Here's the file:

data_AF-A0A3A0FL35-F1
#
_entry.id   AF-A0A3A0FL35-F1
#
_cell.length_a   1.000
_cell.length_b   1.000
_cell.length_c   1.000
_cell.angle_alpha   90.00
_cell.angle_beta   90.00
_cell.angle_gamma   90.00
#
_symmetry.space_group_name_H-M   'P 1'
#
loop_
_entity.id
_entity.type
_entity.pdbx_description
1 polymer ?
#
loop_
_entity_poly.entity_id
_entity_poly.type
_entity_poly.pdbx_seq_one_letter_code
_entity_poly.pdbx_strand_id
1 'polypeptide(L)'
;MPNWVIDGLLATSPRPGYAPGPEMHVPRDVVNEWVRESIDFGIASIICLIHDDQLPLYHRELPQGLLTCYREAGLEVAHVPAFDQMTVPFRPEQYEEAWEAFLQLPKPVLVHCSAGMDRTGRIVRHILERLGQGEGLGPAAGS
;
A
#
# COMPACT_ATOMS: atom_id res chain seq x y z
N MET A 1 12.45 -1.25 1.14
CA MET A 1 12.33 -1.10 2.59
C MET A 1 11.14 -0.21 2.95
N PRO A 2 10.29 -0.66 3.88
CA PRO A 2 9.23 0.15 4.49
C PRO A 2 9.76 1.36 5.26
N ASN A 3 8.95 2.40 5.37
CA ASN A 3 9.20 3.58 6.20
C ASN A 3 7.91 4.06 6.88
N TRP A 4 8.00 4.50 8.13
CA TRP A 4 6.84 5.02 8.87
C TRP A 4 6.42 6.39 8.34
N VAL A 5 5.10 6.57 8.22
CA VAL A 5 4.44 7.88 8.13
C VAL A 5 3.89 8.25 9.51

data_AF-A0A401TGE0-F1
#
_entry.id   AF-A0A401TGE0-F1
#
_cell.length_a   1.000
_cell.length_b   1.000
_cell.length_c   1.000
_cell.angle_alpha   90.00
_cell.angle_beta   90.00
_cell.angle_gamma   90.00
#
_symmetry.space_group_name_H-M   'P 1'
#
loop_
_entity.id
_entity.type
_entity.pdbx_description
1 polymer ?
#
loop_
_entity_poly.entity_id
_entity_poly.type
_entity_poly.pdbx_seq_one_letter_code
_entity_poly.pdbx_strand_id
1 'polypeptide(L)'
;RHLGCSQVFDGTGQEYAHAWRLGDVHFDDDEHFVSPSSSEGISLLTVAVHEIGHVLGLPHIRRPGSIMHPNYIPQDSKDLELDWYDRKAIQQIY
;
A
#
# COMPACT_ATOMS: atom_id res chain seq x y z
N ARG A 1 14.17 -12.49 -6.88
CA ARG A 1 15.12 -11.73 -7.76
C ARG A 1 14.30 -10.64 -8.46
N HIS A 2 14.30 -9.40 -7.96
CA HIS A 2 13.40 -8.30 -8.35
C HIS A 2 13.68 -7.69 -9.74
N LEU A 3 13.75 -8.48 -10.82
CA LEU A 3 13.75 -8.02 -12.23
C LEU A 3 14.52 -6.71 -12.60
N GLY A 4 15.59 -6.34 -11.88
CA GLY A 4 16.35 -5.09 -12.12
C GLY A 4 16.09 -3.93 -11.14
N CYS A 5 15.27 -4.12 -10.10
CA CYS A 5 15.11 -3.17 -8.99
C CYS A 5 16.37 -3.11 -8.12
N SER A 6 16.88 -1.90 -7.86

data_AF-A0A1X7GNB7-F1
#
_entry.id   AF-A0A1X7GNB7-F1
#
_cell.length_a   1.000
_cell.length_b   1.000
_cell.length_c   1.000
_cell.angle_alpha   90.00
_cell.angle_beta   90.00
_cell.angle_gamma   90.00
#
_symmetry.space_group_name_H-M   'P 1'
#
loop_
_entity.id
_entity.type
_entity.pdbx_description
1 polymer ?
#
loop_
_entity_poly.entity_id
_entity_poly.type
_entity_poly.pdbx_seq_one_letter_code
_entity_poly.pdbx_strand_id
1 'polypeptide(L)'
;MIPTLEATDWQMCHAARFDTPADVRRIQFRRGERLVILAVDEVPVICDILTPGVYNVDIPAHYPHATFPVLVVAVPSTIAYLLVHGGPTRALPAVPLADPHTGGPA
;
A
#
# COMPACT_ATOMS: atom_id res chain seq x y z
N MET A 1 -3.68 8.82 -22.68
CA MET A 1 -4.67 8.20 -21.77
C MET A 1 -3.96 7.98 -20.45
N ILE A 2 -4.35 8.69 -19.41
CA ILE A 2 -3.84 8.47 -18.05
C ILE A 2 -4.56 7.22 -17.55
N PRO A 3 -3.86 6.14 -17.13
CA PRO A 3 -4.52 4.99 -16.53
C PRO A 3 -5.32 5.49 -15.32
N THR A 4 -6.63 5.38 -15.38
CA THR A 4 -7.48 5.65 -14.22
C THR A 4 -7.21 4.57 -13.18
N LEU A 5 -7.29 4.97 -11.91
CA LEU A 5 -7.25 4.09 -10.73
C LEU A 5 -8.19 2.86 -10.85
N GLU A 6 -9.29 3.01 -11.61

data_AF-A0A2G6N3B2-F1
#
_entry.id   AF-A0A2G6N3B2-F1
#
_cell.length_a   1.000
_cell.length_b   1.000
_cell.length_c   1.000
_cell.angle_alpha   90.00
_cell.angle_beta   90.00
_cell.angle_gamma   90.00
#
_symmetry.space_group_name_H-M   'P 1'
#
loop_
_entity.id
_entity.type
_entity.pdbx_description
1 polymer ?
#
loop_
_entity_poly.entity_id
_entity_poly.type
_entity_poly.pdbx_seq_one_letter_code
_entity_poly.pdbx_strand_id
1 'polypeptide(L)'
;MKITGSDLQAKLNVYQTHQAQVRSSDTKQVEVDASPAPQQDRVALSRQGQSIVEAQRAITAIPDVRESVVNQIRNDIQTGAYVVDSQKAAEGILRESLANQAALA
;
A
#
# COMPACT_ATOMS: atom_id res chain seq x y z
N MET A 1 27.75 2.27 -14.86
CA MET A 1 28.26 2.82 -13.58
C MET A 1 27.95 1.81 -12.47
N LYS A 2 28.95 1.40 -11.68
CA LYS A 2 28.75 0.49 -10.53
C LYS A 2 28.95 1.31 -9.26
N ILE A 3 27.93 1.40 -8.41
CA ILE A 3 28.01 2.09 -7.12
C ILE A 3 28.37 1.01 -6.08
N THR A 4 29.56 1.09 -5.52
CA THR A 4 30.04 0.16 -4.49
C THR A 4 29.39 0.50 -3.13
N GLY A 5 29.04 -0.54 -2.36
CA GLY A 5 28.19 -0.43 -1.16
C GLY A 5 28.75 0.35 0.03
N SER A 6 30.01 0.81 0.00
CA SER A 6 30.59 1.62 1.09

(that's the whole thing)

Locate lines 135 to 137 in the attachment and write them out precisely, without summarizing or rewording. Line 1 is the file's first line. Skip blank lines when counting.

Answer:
CA LEU A 5 -7.25 4.09 -10.73
C LEU A 5 -8.19 2.86 -10.85
N GLU A 6 -9.29 3.01 -11.61